Dr. Aaron Thompson, president of the Kentucky Council on Postsecondary Education, shared a video message in support of SB 135.
“Education is the key – the common denominator – to building the better Kentucky we want for all of our people. Supporting our educators and a strong public education system is how we serve all the commonwealth’s children equitably,” said Gov. Beshear.
ORIGINAL STORY POSTED MONDAY, MARCH 22, 2021
FRANKFORT, Ky. (WTVQ) – Repeating positions from two weeks ago, the Kentucky Education Association and the local KEA elected leaders in all nine of Kentucky’s largest counties initially affected by passage of House Bill 563 are calling on Governor Andy Beshear to veto the bill and stop a $25 million diversion of taxpayer funds away from the state coffers and into the pockets of private schools.
State Education Commissioner Jason Glass also called for a veto.
“We call for the veto of HB563 because it is bad education policy, bad fiscal policy, and bad public policy,” said KEA President Eddie Campbell. “Kentucky’s public schools are filled with highly qualified and dedicated educators who work diligently to ensure that every student in the Commonwealth is successful. Our public schools have endured continuous cuts and underfunding. Our legislators should be focused on fully funding public schools so every student from Pikeville to Paducah from the Ohio River to the Cumberland River have a safe, nurturing and high-quality public education.”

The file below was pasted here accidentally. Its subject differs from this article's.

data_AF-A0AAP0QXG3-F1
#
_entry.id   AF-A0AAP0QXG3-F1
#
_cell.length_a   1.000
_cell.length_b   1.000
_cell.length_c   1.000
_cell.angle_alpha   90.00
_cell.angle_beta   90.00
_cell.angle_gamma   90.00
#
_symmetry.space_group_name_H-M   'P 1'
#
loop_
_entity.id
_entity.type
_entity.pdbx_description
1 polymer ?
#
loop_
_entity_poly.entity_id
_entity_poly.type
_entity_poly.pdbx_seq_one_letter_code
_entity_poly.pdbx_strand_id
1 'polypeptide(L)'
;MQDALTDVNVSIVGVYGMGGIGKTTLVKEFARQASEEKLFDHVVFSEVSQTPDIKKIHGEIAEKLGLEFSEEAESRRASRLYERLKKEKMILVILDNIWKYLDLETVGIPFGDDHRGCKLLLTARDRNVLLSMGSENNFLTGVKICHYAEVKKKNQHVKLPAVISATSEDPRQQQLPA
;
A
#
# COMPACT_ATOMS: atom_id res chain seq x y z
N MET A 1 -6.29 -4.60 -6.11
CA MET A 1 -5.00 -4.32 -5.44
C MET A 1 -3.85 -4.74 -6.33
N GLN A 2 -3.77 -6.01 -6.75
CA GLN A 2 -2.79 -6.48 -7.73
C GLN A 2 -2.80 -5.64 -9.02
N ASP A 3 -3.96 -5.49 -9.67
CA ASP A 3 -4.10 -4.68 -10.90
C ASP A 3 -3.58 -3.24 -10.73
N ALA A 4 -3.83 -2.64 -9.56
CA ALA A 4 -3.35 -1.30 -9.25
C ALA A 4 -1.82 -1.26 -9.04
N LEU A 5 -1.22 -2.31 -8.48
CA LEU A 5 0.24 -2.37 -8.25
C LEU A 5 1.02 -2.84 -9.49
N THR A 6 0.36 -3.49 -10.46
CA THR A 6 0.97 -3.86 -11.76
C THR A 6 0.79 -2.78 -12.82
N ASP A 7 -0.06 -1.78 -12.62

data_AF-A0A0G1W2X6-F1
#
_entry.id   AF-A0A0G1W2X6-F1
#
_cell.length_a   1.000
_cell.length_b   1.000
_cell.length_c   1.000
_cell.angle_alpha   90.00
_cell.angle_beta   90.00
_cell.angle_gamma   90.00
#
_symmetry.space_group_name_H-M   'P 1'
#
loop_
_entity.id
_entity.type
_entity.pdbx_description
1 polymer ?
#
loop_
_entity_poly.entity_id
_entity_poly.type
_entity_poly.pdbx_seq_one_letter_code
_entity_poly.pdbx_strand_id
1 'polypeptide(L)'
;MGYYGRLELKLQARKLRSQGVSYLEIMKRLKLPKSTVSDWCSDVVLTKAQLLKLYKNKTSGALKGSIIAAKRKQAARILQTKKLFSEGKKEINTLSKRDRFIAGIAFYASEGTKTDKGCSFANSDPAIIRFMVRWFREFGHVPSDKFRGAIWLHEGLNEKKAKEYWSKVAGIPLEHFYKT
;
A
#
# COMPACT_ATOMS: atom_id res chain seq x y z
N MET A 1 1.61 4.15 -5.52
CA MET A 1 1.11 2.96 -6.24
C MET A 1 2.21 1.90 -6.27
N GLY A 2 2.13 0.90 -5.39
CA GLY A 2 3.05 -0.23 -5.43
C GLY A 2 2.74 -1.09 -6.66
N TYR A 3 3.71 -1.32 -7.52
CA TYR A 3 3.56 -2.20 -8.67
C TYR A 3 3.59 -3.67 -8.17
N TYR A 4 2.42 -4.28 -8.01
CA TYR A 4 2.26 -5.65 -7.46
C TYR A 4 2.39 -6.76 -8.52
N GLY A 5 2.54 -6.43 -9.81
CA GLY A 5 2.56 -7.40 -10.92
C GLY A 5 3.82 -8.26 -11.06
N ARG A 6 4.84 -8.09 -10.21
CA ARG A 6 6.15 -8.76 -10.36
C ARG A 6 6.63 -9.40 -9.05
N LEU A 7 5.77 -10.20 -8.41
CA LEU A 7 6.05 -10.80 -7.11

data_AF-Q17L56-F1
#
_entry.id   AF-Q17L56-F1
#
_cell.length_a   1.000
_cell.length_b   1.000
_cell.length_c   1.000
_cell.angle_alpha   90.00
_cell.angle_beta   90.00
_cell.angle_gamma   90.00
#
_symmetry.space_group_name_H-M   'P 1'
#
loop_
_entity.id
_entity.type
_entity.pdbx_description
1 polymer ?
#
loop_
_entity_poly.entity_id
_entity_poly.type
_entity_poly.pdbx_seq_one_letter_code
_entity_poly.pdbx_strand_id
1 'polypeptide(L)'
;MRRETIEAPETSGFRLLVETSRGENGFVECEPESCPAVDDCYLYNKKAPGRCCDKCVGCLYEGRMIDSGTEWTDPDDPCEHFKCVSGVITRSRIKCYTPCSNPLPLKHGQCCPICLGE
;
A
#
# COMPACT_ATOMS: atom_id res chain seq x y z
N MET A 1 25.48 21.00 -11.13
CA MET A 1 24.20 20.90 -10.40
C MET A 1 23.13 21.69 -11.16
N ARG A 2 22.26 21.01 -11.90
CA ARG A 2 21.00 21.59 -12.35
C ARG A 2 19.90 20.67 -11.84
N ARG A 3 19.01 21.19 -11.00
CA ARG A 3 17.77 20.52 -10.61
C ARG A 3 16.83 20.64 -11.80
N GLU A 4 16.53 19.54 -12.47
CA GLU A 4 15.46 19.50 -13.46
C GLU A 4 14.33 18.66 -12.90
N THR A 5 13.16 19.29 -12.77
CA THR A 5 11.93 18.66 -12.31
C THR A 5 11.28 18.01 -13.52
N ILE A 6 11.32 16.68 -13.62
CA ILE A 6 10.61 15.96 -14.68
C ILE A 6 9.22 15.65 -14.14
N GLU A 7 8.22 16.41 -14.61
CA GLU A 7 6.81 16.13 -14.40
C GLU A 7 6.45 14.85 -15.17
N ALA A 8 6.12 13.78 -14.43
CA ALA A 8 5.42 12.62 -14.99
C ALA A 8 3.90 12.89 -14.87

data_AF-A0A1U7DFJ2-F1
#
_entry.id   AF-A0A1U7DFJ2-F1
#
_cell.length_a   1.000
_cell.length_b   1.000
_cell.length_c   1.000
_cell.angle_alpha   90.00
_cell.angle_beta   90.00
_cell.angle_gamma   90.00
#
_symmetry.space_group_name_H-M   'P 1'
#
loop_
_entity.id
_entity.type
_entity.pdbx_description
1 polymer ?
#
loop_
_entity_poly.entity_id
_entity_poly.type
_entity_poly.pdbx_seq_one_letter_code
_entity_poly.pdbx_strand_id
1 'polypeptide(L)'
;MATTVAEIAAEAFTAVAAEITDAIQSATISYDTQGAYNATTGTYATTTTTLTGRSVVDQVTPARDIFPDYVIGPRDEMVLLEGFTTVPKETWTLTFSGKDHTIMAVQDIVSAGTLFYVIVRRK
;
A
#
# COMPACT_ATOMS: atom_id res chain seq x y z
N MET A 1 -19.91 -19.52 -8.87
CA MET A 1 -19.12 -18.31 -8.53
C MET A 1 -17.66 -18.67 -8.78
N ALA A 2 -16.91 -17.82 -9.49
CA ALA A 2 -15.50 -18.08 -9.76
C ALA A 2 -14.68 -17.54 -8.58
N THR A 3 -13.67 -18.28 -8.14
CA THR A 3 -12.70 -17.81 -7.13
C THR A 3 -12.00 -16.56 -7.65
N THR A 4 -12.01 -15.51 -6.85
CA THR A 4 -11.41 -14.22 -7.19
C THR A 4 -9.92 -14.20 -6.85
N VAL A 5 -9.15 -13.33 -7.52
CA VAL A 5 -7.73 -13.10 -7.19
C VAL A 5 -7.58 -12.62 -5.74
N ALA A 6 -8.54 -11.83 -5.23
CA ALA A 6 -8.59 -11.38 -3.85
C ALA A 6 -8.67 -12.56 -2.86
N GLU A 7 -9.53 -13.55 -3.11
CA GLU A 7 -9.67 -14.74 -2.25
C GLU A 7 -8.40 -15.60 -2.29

Each local KEA president called out legislators for hiding this legislation until a last-minute procedural maneuver, which added the tax break language and then quickly passed in the Senate. The bill narrowly passed the Kentucky House with a one-vote margin, 48-47, with five representatives abstaining. Here is what KEA leaders across the state have to say about HB 563:
“Considering Kentucky’s public schools have been underfunded in every budget since 2008, funding HB563 is literally stealing money from the public-school children of our Commonwealth. The $25 million in tax credits could be used to fund textbooks, professional development and all the things that have been cut over the past years. We must ensure a quality public education for our students. That starts with a veto of this bad bill by Governor Beshear.” Leann Lewis, President, Kenton County Education Association
“In Daviess County, we see that this will be taking money from an already underfunded public school budget and placing it into private education—all without the accountability that public schools have. Educators in Daviess are asking the governor to please veto this misplaced, mistimed and misled legislation.” Danielle Ellis, President, Daviess County Education Association